I watched a movie last night that has not been released so I don’t wish to name it or give any details. This is not a review of that film. This is an examination of a comment someone made who watched it with me. One of his comments about the film was that it was too “on the nose.” He saw this as a flaw or a weakness.
Oddly enough, while I can agree completely with that statement, I didn’t see it as a flaw or a detraction to my enjoyment. There are several terms like this that get thrown around by film critics that to me seem really neutral and merely explanatory rather than harsh criticism. Another one would be calling a film sentimental or schmaltzy. I thought this film was both of those as well. And I balled like a baby.
There’s nothing new under the sun… some ancient Greek philosopher once quipped. Imagine how little newness there is 2000 years later. As a student and connoisseur of storytelling, I can say that I’m rarely surprised any longer. This has nothing to do with a lack of creativity and just an acknowledgement that I’ve almost seen it all. That is a blessing and a curse that comes with age.
If you’re paying attention, a story (be it a film, a play or a book) discretely makes its audience a promise somewhere early on that it must then pay off or deliver by its end. How it does this is where the creativity and ingenuity comes into play, but it will still do it in one of several expected ways.
Story is character and vice versa. I always harken back to the brilliant words of my college film professor, “A film is just a person with a problem.” The meat of the story is how that person solves his/her problem (or fails to). When the problem is solved, the story is over.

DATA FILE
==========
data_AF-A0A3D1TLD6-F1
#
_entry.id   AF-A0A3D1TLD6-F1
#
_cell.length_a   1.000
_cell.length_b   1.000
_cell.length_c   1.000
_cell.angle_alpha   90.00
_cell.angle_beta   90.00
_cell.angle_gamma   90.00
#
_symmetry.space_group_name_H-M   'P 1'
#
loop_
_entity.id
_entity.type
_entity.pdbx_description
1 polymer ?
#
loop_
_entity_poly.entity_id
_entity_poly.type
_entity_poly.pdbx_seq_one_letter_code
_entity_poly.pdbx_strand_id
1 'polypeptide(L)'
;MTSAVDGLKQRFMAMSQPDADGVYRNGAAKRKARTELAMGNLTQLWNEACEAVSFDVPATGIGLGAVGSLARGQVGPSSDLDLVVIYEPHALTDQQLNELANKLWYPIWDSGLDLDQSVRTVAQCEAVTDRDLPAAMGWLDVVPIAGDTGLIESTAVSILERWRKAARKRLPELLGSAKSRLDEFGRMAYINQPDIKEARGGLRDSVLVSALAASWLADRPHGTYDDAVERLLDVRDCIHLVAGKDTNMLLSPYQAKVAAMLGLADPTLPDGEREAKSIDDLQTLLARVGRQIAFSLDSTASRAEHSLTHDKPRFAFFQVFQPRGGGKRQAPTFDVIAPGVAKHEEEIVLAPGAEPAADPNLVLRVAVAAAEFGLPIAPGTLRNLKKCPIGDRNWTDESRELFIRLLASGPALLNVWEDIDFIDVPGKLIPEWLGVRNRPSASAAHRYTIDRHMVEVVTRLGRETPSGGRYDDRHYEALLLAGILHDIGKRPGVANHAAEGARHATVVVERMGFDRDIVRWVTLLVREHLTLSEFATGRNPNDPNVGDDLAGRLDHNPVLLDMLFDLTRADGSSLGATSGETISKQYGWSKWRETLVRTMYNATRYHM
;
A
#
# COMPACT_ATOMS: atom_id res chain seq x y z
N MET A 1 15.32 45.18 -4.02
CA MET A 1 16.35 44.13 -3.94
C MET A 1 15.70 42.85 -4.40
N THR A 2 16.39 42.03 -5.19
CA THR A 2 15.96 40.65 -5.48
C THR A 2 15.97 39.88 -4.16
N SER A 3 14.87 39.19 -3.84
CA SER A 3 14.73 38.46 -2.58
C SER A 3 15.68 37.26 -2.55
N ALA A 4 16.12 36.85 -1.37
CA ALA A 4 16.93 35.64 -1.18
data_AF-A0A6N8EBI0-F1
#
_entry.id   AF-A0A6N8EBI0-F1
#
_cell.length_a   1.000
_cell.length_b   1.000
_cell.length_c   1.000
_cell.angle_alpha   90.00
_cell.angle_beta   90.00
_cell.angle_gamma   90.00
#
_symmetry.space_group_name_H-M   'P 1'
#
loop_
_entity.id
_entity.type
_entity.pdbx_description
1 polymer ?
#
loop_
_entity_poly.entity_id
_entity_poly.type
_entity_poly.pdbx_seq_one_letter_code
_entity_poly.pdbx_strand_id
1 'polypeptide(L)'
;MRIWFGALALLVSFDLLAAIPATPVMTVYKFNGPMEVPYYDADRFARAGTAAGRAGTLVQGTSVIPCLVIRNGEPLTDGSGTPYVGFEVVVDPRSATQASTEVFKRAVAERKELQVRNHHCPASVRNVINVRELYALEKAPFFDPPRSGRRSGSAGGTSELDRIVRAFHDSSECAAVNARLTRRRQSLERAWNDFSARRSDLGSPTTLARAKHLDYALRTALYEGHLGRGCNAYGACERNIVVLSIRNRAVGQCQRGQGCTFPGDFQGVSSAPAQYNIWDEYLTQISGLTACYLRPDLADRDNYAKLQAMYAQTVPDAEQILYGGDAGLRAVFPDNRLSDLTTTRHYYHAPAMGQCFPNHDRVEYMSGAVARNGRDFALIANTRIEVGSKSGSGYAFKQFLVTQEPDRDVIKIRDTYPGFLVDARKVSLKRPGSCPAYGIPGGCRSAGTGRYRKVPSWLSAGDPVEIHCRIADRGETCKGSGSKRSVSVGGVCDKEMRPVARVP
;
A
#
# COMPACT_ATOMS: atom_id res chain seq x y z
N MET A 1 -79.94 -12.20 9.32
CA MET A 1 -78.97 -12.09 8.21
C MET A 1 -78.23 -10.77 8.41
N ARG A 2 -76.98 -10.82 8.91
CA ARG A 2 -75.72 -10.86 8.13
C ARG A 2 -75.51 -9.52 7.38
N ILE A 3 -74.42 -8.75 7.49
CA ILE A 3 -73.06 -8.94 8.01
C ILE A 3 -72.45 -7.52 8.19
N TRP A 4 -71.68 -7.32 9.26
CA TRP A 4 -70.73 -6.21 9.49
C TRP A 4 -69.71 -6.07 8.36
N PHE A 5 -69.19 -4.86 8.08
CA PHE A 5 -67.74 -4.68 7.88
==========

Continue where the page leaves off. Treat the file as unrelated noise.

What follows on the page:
I think a film can be successful and fail to entertain. I think a film can fail miserably and be entirely entertaining. When a film achieves both, that’s when you generally have a hit on your hands.
Many people love the comfort of things working out the way they anticipate. That explains why people will eat at a McDonald’s when they visit foreign countries — the comfort of know what you’re going to get. Others love to be surprised and shocked. They like to be kept guessing the whole way through. I enjoy both but as I noted above, I need the story to hint at where it is going so I know what ride I’m on. I’m willing to go with you as long as I have some idea where we’re going.
One film I loved that did a 180 degree flip was Peter Jackson’s The Frighteners. It started off as a comedy with Michael J. Fox playing a man who can communicate with the dead and he uses this ability to con people. The flip comes when he finds the dead are not so nice and the film rolls into a horror story for its second half. It felt like when it flipped from light to dark, I was cued in and I enjoyed the ride.
One film that failed this flip (to me, at least) was Guarding Tess with Nicolas Cage and Shirley Maclaine. Cage plays a secret service agent tasked with guarding an ex-first lady. It’s kind of played for laughs as Ms. Maclaine is a curmudgeon that gives Cage grief at every turn. The midpoint complication is she is kidnapped and buried alive and Cage has to find her before she dies. What!?!?! I didn’t see that one coming in any direction. It was like the movie had given me a punch to the solar plexus. I still hate this movie.
I don’t begrudge anyone who enjoys movies I don’t like. And I only secretly think they’re idiots for disliking the ones I love. The more I see, the more I realize how incredibly subjective story is. Rare is the film that lands the consensus of being universally loved or hated. Personally, I think it’s because some people just enjoy being contrary to popular opinion. There are people who hate sunny days. Nutcases… unless you’re allergic to the sun, I guess.
In someone’s world, this is the best thing ever!